I am giving you some ideas that will help you troubleshoot performance problems that occurred in the past. If setup correctly, the Statspack reports will be waiting for you to be used. Automated correctly, these reports can be available for months or even years.

1. Most Important: Setup Statspack When AWR Is Not Available
2. How To Automate Snapshots?
3. How To Automate Purging Old Statspack Data?
4. Why Is It Important To Generate Reports?
5. What Do I Do With All The Generated Reports?
6. What Do I Look At In A Statspack Report?

1. Most Important: Setup Statspack When AWR Is Not Available

If you have AWR at your finger tips, then don’t worry about Statspack.
If you don’t, then make it a priority to install Statspack in the database.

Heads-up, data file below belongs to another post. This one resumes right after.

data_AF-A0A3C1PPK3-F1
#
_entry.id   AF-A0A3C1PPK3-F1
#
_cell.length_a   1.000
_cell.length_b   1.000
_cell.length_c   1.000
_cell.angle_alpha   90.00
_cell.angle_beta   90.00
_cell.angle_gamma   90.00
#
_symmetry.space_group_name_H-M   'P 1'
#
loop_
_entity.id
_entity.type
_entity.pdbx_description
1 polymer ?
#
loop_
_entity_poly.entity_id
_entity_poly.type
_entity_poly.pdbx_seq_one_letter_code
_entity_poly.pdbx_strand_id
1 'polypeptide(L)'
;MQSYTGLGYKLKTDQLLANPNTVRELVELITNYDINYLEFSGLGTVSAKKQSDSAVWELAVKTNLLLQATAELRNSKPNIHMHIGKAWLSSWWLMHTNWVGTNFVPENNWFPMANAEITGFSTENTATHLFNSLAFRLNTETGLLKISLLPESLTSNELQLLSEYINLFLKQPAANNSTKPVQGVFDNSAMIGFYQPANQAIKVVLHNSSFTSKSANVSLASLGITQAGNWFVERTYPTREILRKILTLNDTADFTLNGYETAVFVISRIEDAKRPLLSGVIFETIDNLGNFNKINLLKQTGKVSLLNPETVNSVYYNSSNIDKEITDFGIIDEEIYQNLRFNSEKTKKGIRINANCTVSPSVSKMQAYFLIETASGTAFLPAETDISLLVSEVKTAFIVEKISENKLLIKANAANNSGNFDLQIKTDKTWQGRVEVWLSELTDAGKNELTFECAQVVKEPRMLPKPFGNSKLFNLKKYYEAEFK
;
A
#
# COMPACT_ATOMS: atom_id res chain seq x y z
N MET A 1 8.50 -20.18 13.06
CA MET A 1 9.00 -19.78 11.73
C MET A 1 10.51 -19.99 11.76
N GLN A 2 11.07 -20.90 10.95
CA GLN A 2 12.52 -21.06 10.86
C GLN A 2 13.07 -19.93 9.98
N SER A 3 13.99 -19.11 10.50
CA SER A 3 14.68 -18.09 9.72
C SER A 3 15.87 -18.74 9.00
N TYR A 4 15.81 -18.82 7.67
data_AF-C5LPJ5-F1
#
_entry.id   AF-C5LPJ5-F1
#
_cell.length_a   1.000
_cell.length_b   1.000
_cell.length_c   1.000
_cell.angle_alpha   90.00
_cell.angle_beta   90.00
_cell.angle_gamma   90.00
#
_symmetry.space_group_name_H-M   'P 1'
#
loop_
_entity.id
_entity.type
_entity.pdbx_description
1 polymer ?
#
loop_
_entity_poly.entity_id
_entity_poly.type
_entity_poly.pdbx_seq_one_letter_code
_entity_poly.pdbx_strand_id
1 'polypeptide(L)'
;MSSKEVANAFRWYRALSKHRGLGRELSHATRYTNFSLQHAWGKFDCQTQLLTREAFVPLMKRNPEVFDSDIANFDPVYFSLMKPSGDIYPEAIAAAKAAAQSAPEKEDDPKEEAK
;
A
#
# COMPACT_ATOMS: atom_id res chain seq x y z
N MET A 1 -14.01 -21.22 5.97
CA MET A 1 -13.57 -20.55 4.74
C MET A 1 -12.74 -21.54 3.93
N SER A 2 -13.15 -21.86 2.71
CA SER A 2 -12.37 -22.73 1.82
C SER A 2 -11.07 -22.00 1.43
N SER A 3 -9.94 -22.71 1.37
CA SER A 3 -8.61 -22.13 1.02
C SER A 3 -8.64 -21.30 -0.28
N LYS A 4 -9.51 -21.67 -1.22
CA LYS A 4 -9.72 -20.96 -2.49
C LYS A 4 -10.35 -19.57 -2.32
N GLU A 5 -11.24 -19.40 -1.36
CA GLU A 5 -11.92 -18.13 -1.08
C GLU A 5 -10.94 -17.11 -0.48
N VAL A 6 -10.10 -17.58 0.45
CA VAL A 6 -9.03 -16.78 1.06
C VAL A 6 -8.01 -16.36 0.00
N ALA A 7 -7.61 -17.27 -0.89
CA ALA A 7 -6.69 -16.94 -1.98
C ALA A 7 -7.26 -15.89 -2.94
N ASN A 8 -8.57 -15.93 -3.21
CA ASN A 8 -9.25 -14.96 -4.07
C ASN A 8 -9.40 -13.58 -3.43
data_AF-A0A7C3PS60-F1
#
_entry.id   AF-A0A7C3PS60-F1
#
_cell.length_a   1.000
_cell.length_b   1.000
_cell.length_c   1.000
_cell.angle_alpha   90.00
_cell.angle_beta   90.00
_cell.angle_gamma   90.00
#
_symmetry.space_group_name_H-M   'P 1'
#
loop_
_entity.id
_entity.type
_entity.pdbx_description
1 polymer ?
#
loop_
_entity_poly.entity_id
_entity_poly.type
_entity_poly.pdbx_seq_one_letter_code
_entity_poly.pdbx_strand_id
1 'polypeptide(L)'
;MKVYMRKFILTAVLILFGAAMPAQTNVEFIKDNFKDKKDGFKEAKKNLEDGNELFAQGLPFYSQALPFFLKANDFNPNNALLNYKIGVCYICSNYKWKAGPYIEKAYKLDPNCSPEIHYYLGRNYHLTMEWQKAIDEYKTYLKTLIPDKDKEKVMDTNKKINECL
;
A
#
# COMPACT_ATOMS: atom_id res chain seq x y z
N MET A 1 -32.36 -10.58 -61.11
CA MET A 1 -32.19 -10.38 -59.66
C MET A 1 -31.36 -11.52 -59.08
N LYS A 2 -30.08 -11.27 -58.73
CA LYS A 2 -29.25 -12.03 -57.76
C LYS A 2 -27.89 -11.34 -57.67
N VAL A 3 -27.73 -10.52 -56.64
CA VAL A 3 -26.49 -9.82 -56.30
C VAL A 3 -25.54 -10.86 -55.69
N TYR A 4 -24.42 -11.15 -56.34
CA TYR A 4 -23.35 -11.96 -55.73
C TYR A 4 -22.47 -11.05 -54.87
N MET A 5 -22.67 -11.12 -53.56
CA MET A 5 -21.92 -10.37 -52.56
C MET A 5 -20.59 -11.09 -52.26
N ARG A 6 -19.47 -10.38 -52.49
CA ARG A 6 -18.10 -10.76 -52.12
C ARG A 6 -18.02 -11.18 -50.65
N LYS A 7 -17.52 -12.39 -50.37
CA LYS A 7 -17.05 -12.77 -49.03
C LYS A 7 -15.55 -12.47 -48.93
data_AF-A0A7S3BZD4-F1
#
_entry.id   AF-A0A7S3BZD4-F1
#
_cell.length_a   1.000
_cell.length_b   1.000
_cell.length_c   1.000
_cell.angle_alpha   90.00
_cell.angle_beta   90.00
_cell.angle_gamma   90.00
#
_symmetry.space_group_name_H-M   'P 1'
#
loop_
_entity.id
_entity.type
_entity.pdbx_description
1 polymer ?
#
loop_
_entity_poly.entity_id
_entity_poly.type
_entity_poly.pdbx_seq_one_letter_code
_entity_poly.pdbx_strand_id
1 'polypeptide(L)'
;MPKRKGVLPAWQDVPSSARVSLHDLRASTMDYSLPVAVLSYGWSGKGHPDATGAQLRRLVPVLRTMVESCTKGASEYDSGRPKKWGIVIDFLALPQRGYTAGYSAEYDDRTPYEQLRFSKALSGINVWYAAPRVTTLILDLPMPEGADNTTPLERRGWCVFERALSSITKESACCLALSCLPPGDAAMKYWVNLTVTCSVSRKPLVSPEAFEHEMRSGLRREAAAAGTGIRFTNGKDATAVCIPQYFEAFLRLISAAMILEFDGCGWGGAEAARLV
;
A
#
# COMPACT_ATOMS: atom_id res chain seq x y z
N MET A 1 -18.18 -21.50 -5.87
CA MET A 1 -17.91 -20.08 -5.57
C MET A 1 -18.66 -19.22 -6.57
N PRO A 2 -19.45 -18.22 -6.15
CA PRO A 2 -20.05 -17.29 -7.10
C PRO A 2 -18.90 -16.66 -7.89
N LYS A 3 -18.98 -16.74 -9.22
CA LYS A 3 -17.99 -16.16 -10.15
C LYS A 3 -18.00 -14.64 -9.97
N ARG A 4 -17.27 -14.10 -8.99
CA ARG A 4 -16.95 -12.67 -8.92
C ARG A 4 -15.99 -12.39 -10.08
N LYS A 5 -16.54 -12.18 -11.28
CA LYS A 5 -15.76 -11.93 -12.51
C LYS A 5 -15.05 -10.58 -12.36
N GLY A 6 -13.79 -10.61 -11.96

Automating the installation for larger environments (many databases) saves time.

Things to consider during installation:

  • the tablespace where you want all the Statspack data stored. I like to call the tablespace STATSPACK, however you can name it as you whish.
  • the PERFSTAT user’s password. Depending on the security requirements, you can make this password as complex as needed.

To install statspack run the script:
@?/rdbms/admin/spcreate.sql

2. How To Automate Snapshots?

To automate snapshots creation you need either a scheduled script to run at certain hours, or a scheduled job.
I prefer setting up a scheduled job in the database. When database is available, the job runs, when the database is not available, the job doesn’t run.

One thing to take into consideration is the RAC environment. If you are in a RAC environment, I recommend you read up on this post, and set it up just the way it is mentioned there

Things to consider for automation:

  • the frequency of the snapshots. I prefer every hour, however, you might need to take snapshots more often.
  • RAC environment, the post mentioned above, has detailed explanation on setting up Statspack in a RAC environment.